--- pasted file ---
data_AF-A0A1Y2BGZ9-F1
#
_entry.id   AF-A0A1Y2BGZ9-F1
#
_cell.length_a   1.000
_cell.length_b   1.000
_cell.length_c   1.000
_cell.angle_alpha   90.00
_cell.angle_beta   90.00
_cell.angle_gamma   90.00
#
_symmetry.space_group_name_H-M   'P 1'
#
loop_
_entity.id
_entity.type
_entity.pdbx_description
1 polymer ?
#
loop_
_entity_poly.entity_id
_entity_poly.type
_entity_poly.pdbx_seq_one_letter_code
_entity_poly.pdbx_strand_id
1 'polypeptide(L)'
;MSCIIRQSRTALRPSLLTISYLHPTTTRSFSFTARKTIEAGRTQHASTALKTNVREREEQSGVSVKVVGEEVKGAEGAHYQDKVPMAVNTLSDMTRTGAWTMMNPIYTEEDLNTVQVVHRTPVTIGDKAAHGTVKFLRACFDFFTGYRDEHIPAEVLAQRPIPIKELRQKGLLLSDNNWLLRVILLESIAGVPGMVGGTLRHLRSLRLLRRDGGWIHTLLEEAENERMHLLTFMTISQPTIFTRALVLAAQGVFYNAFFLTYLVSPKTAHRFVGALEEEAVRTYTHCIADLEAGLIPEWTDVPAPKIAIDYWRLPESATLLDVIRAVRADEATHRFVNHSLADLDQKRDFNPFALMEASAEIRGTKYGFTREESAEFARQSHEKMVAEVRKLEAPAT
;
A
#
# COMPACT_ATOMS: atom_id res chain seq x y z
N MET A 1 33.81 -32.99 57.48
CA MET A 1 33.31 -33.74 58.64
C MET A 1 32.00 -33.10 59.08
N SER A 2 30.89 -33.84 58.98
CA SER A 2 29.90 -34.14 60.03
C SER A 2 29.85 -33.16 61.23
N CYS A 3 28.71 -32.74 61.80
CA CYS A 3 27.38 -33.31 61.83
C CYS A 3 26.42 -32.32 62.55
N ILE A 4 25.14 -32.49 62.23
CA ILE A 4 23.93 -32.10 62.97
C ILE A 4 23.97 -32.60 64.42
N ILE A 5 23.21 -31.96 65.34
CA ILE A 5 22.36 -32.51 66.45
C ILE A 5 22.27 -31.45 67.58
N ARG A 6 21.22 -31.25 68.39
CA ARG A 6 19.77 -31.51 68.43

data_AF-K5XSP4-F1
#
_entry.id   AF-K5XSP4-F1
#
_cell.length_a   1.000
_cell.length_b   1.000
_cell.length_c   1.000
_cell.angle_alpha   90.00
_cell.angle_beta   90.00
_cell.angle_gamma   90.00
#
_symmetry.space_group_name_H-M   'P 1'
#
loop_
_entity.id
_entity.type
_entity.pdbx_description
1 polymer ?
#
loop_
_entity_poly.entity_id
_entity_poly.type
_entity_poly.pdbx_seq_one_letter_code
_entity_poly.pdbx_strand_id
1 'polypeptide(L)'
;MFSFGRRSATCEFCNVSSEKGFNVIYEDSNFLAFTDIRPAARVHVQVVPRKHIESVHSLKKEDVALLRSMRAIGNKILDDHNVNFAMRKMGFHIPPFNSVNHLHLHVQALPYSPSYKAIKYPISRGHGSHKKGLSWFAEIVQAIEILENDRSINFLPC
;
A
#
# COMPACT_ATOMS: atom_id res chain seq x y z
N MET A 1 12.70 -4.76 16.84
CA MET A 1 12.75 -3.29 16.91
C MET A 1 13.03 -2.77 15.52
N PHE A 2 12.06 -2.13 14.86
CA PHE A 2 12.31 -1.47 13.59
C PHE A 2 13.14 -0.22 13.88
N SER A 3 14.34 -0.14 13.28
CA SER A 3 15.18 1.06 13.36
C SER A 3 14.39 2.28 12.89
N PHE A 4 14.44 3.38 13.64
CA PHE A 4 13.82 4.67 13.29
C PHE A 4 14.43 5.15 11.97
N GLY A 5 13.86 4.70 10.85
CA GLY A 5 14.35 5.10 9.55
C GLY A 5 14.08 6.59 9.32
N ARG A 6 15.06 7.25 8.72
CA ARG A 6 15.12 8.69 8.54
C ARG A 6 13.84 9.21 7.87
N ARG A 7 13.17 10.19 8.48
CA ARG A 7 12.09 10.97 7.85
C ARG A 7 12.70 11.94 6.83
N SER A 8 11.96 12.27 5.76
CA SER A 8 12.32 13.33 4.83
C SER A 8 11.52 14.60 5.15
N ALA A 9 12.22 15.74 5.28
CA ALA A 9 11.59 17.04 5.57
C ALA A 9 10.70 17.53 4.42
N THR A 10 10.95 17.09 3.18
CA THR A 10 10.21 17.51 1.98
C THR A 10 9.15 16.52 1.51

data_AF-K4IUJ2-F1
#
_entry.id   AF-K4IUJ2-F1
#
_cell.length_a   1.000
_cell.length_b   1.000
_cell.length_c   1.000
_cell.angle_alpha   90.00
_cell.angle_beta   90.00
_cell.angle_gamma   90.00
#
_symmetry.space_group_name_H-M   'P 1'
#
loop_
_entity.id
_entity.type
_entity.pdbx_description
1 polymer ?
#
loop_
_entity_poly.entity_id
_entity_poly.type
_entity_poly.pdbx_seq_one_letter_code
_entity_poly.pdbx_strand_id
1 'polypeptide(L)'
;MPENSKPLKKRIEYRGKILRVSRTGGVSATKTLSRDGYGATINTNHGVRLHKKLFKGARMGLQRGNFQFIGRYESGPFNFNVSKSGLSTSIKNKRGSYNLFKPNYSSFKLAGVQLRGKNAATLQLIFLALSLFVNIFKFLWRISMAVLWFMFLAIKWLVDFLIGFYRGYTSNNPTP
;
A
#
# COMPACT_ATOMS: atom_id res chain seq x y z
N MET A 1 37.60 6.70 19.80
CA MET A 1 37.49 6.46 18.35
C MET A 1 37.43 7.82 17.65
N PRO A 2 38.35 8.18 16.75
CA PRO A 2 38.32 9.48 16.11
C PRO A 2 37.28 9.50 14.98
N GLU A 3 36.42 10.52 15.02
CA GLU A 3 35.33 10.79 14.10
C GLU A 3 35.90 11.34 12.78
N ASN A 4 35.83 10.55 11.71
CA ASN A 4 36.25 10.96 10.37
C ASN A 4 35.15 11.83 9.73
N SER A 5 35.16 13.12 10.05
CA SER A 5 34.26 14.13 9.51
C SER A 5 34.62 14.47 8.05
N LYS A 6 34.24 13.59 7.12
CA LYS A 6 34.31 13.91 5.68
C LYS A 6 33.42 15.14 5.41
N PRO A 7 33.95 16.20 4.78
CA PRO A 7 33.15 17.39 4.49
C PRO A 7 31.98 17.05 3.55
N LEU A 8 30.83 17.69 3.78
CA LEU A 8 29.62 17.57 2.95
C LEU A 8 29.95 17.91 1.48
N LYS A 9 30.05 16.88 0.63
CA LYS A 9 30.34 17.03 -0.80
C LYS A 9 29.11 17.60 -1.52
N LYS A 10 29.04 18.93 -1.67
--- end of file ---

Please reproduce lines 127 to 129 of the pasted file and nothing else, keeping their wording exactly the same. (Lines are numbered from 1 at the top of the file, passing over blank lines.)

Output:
loop_
_entity_poly.entity_id
_entity_poly.type